* Fitch downgrades Greek debt to BBB+ with negative outlook
* First agency to cut rating below A in 10 years
* Greek bank shares, bonds, euro all lower
* Greek finmin vows to cut deficit, cites market speculation
(Adds Greek finmin, details)
By Ingrid Melander and Lefteris Papadimas
ATHENS, Dec 8 (Reuters) - Ratings agency Fitch cut Greece’s debt to BBB+ on Tuesday with a negative outlook, the latest blow to the troubled euro zone country, driving its bonds, bank shares and the euro itself lower.
The cut was the first time in 10 years a major ratings agency has dropped Greece below an A grade. Fitch cited fiscal deterioration in one of the 16-member currency bloc’s most indebted member states.
“The downgrade reflects concerns over the medium-term outlook for public finances given the weak credibility of fiscal institutions and the policy framework in Greece,” Fitch said in a statement, calling for austere fiscal policies.
“The lack of substantive structural policy measures reduces confidence that medium term consolidation efforts will be aggressive enough to ensure public debt ratios are stabilised and then reduced over the next three to five years,” it said.
The euro hit a day’s low, while Bund futures hit a one-week high and Greek bank shares’ fall on the day reached almost 8 percent after the Fitch statement .FTATBNK. [nGEE5B718I]
The premium investors demand to hold 10-year Greek government bonds rather than euro zone benchmark German Bunds widened to around 230 basis points, its widest since April 21.
For graphic on Greek bond spreads, click on:
Markets fear Greece’s troubles will throw a harsh spotlight on other euro zone borrowers who have been hit hard by the financial crisis.
Greece’s finance minister vowed after the rating cut to do whatever was necessary to narrow the country’s budget gap. He said the downgrade reflected Greece’s lack of credibility but did not take into account its deficit reduction plans.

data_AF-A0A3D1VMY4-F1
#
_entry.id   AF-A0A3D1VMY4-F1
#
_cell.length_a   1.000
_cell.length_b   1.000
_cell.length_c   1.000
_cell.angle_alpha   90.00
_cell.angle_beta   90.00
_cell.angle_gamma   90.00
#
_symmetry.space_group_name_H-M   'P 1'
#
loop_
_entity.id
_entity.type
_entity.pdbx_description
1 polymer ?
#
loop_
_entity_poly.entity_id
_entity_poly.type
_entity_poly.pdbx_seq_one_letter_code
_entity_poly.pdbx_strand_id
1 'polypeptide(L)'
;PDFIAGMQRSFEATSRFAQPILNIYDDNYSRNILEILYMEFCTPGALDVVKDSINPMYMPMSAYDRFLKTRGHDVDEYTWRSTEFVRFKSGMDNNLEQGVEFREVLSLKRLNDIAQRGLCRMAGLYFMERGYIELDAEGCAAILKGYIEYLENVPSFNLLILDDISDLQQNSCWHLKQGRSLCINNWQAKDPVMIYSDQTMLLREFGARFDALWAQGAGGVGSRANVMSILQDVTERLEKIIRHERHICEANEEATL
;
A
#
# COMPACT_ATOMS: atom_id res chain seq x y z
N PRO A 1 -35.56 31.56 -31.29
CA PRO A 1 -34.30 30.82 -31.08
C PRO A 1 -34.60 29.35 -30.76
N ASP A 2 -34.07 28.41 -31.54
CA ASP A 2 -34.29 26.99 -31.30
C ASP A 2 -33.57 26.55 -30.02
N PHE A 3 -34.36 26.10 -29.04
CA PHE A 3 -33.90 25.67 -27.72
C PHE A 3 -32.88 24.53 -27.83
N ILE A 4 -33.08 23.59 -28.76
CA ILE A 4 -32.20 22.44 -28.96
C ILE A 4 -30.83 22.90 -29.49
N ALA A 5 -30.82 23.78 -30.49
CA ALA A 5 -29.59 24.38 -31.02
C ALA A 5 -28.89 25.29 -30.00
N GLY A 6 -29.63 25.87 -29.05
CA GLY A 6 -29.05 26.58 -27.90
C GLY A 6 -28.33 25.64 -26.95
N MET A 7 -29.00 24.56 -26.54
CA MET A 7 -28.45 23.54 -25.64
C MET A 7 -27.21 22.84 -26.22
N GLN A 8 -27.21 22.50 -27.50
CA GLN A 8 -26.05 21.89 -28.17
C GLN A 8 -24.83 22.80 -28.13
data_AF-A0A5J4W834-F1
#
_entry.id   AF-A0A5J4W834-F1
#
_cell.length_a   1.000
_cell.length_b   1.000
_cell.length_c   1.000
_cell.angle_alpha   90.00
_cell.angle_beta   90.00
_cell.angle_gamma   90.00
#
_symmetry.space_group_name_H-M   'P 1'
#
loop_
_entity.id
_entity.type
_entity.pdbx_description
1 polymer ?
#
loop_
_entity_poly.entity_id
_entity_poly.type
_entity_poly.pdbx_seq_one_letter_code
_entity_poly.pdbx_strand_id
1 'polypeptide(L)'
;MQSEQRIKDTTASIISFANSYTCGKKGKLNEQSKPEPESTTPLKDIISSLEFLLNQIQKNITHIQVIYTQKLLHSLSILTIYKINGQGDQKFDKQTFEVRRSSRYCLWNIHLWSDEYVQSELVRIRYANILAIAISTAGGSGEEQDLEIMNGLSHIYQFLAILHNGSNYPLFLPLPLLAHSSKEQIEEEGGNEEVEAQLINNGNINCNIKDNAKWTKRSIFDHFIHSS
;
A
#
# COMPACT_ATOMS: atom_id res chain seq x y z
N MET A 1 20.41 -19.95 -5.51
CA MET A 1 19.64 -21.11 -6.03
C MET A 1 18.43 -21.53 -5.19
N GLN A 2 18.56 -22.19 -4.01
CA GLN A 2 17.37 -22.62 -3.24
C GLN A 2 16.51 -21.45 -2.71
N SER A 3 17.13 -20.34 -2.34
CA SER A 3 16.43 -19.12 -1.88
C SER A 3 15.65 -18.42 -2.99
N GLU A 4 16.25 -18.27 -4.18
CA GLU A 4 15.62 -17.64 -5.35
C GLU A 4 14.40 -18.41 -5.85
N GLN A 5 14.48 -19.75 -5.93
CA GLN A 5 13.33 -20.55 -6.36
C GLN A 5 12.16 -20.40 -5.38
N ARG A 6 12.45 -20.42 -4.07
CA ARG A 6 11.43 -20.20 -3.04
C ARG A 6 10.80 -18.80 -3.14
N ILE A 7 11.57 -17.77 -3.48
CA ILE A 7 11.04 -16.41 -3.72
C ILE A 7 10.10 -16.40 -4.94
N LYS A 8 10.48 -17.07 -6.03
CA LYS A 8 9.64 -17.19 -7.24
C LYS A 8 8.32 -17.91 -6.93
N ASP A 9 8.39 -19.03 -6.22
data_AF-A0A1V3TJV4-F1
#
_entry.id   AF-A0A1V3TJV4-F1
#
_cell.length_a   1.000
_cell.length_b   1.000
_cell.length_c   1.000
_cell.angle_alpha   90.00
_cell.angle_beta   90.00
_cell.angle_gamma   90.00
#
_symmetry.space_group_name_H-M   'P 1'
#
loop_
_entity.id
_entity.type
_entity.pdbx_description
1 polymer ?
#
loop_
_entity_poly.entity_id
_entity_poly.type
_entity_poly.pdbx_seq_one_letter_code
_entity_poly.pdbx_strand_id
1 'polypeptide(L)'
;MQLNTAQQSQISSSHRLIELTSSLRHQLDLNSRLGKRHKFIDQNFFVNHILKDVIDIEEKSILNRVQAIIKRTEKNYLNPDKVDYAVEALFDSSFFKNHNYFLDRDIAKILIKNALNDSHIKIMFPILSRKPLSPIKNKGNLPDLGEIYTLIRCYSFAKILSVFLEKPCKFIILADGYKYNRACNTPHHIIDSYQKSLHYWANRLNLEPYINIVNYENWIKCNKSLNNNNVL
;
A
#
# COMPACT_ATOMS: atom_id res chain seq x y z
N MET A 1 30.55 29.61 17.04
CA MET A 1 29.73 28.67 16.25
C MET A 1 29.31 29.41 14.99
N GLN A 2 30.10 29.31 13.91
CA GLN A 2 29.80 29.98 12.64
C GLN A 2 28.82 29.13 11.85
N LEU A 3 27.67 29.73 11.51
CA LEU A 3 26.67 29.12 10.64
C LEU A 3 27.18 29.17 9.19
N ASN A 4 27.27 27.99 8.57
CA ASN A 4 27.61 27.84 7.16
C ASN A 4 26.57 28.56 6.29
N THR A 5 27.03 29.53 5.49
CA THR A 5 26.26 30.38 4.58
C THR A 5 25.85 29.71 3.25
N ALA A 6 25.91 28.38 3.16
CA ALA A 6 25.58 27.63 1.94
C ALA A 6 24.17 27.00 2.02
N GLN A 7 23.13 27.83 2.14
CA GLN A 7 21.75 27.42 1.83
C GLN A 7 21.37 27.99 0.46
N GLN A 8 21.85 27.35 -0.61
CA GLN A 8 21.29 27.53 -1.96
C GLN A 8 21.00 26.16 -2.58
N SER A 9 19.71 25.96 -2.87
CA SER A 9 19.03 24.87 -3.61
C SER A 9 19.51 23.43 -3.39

“We will do whatever it takes for the reduction of the deficit in the mid-term,” Finance Minister George Papaconstantinou told reporters. [ID:nATH005017]
The European Union has also told the new government it must take additional fiscal measures by January or face disciplinary action.
Greece’s socialist government, elected in October, has revealed the budget deficit was twice as big as previously reported and has pledged to bring it under 10 percent next year.
Debt would soar to more than 120 percent of GDP in 2010, it said.
Analysts said Fitch’s cut would add pressure for the government to take yet more drastic measures and expected more downgrades to follow.
“The pressure for the government to do something bolder is definitely mounting because all European institutions and rating agencies are definitely sending messages to Greece that the situation is not sustainable anymore,” Citigroup analyst Giada Giani said.
Fitch had already cut Greece to A- with a negative outlook at the end of October, after the new Socialist government revealed deficits were much bigger than previously reported.
Standard and Poor’s put Greece’s A- rating on negative watch Monday. Moody’s has placed Greece’s A1 debt rating on review for a possible cut.
Fitch said on Tuesday that further fiscal slippage could result in yet another downgrade.
Ratings guide how much it costs governments to issue bonds and other debt and are a reflection of the risks facing the country’s finances and broader economy.
Greek banks, which S&P said on Monday faced the highest risks in Western Europe, make heavy use of Greek bonds to borrow as a collateral to tap liquidity from the European Central Bank.
Before emergency liquidity measures were taken by the ECB in October 2008, A-rated bonds were the lowest the central bank would accept as collateral for lending commercial banks. It currently accepts BBB-rated paper.
Greek central banker George Provopoulos said Fitch’s downgrade would not pose funding problems for Greek banks. “There is a safety distance,” he said, adding that the banks were successfully implementing non-ECB funding plans.
For more stories on Greece’s economic woes, click on [ID:nGEE5B71HR] (Additional reporting by Harry Papachristou, Renee Maltezou, Dina Kyriakidou and Tatiana Fragou; Editing by Mike Peacock)